5) He paid it forward. After the earthquake in Haiti, Paul Walker realized there was a lack of trained first response teams in these 3rd world countries who could come in and manage a disaster, from rescue to medical care to food and clothing. He started Reach Out Worldwide, a charity devoted to having trained volunteers ready for future needs. They most recently responded to the hurricane in the Phillipines providing medical care and first aid as well as thousands of meals to those in need. We should always look for a way to be involved in our community, whether it’s donating to a cause we value or helping a person one on one. Our kids should know that the more love they give the world, the more love the world will send back to them.
6) He was a family man. Paul was one of several children and had just served as his youngest brother’s best man the week before his death. He had sole custody of his young daughter. We can teach our children that in addition to us having a responsibility to them, they have one to us. If they die in some unnecessary accident, how will that affect their family? Paul Walker is dead, he doesn’t suffer. But his Mom and Dad, siblings, and most of all his poor daughter will suffer every day for the rest of their lives thinking of him and the way he died. It’s your one and only life, protect it.
7) Real Life Accidents hurt. Paul’s autopsy showed he died of injuries from the impact and/or the fire. That means he was injured badly in the wreck, but he was still breathing (we don’t know if he was conscious or not) when he was burned to death. They know this because there was smoke in his lungs. Death is not like a video game, you don’t just fall down and die and then play again. It’s permanent and it hurts and you’re alone when it happens. I know that is a terrible thing to tell a kid, but this is a teen-ager, they need to know these things. Teen-agers are frequently the cause of their own deaths, whether by accidents, overdoses, or suicide and they should know.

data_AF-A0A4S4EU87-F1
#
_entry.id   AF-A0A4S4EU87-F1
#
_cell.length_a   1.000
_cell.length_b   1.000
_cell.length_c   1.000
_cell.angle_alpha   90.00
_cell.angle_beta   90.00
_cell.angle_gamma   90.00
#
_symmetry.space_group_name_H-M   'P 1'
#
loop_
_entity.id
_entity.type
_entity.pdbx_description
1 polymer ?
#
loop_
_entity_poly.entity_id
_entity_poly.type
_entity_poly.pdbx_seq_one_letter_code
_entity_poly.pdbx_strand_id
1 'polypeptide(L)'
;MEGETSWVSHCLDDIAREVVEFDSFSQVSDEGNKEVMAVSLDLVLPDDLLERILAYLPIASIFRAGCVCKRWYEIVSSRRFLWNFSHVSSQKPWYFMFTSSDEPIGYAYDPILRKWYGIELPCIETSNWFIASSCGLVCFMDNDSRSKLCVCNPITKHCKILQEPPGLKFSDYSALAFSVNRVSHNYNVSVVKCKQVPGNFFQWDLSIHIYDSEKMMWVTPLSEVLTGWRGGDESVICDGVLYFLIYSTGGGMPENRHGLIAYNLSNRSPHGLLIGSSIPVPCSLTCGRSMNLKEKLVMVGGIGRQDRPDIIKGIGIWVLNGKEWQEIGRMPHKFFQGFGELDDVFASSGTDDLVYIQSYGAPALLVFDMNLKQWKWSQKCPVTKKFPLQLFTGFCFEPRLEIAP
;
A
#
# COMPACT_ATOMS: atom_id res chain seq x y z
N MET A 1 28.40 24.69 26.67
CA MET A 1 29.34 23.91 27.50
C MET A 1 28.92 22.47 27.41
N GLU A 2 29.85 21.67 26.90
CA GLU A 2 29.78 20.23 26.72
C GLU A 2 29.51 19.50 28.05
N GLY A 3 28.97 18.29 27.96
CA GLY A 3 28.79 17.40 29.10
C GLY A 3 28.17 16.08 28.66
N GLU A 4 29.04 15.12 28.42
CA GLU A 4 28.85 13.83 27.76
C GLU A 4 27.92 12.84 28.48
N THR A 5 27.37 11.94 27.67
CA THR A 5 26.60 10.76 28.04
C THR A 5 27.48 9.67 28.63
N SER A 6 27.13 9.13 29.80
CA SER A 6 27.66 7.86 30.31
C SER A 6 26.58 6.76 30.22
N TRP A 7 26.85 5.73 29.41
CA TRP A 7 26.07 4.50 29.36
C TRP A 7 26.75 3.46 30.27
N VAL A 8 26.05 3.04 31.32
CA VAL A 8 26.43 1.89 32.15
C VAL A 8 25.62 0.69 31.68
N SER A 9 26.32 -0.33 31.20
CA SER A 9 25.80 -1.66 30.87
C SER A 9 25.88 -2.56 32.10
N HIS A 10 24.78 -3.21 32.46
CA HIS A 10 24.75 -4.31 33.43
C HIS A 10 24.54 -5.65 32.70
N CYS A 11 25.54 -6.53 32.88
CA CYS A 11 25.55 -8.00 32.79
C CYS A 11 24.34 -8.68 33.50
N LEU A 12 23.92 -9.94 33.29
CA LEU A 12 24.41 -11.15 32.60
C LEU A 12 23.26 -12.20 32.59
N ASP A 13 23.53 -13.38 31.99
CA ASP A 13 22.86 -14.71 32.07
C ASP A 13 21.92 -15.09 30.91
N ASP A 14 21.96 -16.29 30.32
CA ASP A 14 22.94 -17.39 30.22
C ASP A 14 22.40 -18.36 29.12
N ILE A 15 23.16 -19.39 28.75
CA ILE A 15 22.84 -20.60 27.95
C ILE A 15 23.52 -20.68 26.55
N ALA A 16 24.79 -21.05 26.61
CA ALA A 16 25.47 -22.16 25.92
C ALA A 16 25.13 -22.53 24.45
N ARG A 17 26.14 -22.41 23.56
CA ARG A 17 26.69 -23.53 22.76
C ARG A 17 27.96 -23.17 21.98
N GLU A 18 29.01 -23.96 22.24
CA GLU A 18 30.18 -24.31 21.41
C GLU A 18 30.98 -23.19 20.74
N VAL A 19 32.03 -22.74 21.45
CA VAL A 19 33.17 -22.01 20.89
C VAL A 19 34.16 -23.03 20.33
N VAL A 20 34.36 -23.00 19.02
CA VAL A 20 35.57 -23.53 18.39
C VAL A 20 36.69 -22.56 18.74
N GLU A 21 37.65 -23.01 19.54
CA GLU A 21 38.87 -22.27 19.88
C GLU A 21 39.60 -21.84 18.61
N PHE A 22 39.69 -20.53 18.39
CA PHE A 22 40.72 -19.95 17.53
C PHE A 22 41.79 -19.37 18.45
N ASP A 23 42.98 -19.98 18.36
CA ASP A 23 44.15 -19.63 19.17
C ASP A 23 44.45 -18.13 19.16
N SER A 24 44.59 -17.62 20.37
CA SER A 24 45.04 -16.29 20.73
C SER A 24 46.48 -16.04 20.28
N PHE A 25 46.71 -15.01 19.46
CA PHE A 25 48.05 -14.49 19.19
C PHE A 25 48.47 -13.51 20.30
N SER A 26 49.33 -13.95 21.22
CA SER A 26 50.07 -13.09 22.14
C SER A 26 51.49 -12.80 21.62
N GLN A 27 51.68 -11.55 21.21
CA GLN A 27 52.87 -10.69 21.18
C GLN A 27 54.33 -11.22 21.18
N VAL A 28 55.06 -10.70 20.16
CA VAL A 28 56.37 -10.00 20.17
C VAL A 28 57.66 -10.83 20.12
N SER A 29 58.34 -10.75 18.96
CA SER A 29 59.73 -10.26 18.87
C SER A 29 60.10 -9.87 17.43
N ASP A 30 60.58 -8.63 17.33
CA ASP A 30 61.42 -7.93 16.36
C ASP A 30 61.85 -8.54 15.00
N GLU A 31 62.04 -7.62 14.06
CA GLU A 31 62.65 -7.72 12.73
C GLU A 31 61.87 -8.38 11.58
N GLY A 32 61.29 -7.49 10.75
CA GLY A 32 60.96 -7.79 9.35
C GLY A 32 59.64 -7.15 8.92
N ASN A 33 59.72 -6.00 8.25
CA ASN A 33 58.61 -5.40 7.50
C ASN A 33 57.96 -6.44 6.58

8) One stupid decision is all it takes. Paul Walker had an awesome little red Porsche that was notoriously hard to handle. They were driving it too fast. Something happened and they wrecked and died. Perhaps a tire blew out or the guy driving just lost control. We don’t know. But he made a few really bad decisions in the last few minutes of his life and everything he worked for, he loved, he valued – he lost. No more charity, no more career, no more little daughter. Our kids should know that they control their decisions and a bad one can not only cost them their allowance, or phone, it could cost them their freedom or their future. Or even their life. So if a friend can’t drive well, or is not sober, our child should be able to make a decision to not be a passenger. Our kid should be able to decide they themselves aren’t sober enough to drive. Our kid should be able to decide it’s not a good idea to lay tracks on a busy road in heavy traffic just because it sounds cool.
In short, Paul Walker lived a good life. He may have lived a better life than most of you reading this and I know reading about his life makes me want to be a more charitable person. But his life is over, not because of illness or age or murder or a freak accident. His life is over because, after years of making good decisions, Paul Walker made a very very bad one.